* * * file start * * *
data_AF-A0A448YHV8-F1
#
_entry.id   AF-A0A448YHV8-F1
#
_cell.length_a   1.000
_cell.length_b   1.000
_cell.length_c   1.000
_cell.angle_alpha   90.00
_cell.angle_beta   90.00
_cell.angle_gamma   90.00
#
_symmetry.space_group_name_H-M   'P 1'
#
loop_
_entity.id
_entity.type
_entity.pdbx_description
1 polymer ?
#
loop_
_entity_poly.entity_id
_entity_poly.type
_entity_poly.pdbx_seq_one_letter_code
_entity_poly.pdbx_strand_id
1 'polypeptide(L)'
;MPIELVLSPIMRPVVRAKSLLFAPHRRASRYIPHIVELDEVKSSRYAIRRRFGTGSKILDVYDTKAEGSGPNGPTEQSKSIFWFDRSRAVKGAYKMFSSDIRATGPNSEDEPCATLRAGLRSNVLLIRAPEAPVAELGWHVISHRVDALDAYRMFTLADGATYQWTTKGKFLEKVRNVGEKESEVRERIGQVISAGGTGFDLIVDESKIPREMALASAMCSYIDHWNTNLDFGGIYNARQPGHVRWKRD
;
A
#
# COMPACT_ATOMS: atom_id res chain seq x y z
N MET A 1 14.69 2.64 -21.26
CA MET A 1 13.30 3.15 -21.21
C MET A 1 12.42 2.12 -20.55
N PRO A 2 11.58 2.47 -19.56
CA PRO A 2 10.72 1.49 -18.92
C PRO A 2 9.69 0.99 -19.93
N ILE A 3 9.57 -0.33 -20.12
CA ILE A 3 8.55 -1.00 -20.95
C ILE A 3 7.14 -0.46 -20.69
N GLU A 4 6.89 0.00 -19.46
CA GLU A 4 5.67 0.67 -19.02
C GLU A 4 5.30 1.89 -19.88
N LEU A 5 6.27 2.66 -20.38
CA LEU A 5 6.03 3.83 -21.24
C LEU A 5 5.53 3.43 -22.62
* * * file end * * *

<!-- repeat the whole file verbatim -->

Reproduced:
data_AF-A0A448YHV8-F1
#
_entry.id   AF-A0A448YHV8-F1
#
_cell.length_a   1.000
_cell.length_b   1.000
_cell.length_c   1.000
_cell.angle_alpha   90.00
_cell.angle_beta   90.00
_cell.angle_gamma   90.00
#
_symmetry.space_group_name_H-M   'P 1'
#
loop_
_entity.id
_entity.type
_entity.pdbx_description
1 polymer ?
#
loop_
_entity_poly.entity_id
_entity_poly.type
_entity_poly.pdbx_seq_one_letter_code
_entity_poly.pdbx_strand_id
1 'polypeptide(L)'
;MPIELVLSPIMRPVVRAKSLLFAPHRRASRYIPHIVELDEVKSSRYAIRRRFGTGSKILDVYDTKAEGSGPNGPTEQSKSIFWFDRSRAVKGAYKMFSSDIRATGPNSEDEPCATLRAGLRSNVLLIRAPEAPVAELGWHVISHRVDALDAYRMFTLADGATYQWTTKGKFLEKVRNVGEKESEVRERIGQVISAGGTGFDLIVDESKIPREMALASAMCSYIDHWNTNLDFGGIYNARQPGHVRWKRD
;
A
#
# COMPACT_ATOMS: atom_id res chain seq x y z
N MET A 1 14.69 2.64 -21.26
CA MET A 1 13.30 3.15 -21.21
C MET A 1 12.42 2.12 -20.55
N PRO A 2 11.58 2.47 -19.56
CA PRO A 2 10.72 1.49 -18.92
C PRO A 2 9.69 0.99 -19.93
N ILE A 3 9.57 -0.33 -20.12
CA ILE A 3 8.55 -1.00 -20.95
C ILE A 3 7.14 -0.46 -20.69
N GLU A 4 6.89 0.00 -19.46
CA GLU A 4 5.67 0.67 -19.02
C GLU A 4 5.30 1.89 -19.88
N LEU A 5 6.27 2.66 -20.38
CA LEU A 5 6.03 3.83 -21.24
C LEU A 5 5.53 3.43 -22.62